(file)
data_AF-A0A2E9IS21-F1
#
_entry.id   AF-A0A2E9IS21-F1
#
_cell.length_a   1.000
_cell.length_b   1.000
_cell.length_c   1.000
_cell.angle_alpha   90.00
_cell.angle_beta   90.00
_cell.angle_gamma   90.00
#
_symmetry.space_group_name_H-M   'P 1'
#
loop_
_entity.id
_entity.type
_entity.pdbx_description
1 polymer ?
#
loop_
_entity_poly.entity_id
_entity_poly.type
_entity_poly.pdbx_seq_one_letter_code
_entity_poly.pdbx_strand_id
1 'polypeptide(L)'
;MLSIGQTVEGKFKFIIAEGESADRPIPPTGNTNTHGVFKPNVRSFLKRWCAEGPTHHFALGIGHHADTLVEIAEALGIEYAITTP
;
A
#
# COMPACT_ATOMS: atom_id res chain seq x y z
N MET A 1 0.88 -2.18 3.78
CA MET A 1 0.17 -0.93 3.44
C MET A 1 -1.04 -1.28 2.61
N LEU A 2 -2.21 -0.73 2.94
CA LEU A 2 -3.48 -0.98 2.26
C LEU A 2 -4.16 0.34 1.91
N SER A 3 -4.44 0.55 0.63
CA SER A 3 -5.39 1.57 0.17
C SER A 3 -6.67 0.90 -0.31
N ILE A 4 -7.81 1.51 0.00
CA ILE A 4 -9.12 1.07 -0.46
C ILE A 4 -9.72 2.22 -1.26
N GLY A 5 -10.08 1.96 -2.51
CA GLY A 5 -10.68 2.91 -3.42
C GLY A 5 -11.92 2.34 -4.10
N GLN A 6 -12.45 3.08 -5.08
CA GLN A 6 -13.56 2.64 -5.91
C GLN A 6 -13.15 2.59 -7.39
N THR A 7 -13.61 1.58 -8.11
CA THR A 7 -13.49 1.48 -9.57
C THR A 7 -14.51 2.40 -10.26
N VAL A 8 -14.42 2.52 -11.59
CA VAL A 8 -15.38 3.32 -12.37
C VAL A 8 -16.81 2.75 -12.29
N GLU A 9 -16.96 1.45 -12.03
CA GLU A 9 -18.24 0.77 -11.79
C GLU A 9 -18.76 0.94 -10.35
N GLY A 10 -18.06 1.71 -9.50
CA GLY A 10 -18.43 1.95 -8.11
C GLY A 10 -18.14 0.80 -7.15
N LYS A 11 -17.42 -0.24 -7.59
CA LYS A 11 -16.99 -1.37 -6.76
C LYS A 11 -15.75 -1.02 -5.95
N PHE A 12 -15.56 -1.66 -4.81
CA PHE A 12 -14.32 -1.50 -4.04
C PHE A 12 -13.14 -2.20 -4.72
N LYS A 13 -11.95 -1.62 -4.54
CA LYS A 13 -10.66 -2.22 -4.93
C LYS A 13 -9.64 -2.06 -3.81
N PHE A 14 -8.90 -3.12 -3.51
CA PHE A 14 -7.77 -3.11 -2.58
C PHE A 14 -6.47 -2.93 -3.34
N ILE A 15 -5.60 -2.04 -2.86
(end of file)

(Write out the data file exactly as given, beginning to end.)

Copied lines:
data_AF-A0A2E9IS21-F1
#
_entry.id   AF-A0A2E9IS21-F1
#
_cell.length_a   1.000
_cell.length_b   1.000
_cell.length_c   1.000
_cell.angle_alpha   90.00
_cell.angle_beta   90.00
_cell.angle_gamma   90.00
#
_symmetry.space_group_name_H-M   'P 1'
#
loop_
_entity.id
_entity.type
_entity.pdbx_description
1 polymer ?
#
loop_
_entity_poly.entity_id
_entity_poly.type
_entity_poly.pdbx_seq_one_letter_code
_entity_poly.pdbx_strand_id
1 'polypeptide(L)'
;MLSIGQTVEGKFKFIIAEGESADRPIPPTGNTNTHGVFKPNVRSFLKRWCAEGPTHHFALGIGHHADTLVEIAEALGIEYAITTP
;
A
#
# COMPACT_ATOMS: atom_id res chain seq x y z
N MET A 1 0.88 -2.18 3.78
CA MET A 1 0.17 -0.93 3.44
C MET A 1 -1.04 -1.28 2.61
N LEU A 2 -2.21 -0.73 2.94
CA LEU A 2 -3.48 -0.98 2.26
C LEU A 2 -4.16 0.34 1.91
N SER A 3 -4.44 0.55 0.63
CA SER A 3 -5.39 1.57 0.17
C SER A 3 -6.67 0.90 -0.31
N ILE A 4 -7.81 1.51 0.00
CA ILE A 4 -9.12 1.07 -0.46
C ILE A 4 -9.72 2.22 -1.26
N GLY A 5 -10.08 1.96 -2.51
CA GLY A 5 -10.68 2.91 -3.42
C GLY A 5 -11.92 2.34 -4.10
N GLN A 6 -12.45 3.08 -5.08
CA GLN A 6 -13.56 2.64 -5.91
C GLN A 6 -13.15 2.59 -7.39
N THR A 7 -13.61 1.58 -8.11
CA THR A 7 -13.49 1.48 -9.57
C THR A 7 -14.51 2.40 -10.26
N VAL A 8 -14.42 2.52 -11.59
CA VAL A 8 -15.38 3.32 -12.37
C VAL A 8 -16.81 2.75 -12.29
N GLU A 9 -16.96 1.45 -12.03
CA GLU A 9 -18.24 0.77 -11.79
C GLU A 9 -18.76 0.94 -10.35
N GLY A 10 -18.06 1.71 -9.50
CA GLY A 10 -18.43 1.95 -8.11
C GLY A 10 -18.14 0.80 -7.15
N LYS A 11 -17.42 -0.24 -7.59
CA LYS A 11 -16.99 -1.37 -6.76
C LYS A 11 -15.75 -1.02 -5.95
N PHE A 12 -15.56 -1.66 -4.81
CA PHE A 12 -14.32 -1.50 -4.04
C PHE A 12 -13.14 -2.20 -4.72
N LYS A 13 -11.95 -1.62 -4.54
CA LYS A 13 -10.66 -2.22 -4.93
C LYS A 13 -9.64 -2.06 -3.81
N PHE A 14 -8.90 -3.12 -3.51
CA PHE A 14 -7.77 -3.11 -2.58
C PHE A 14 -6.47 -2.93 -3.34
N ILE A 15 -5.60 -2.04 -2.86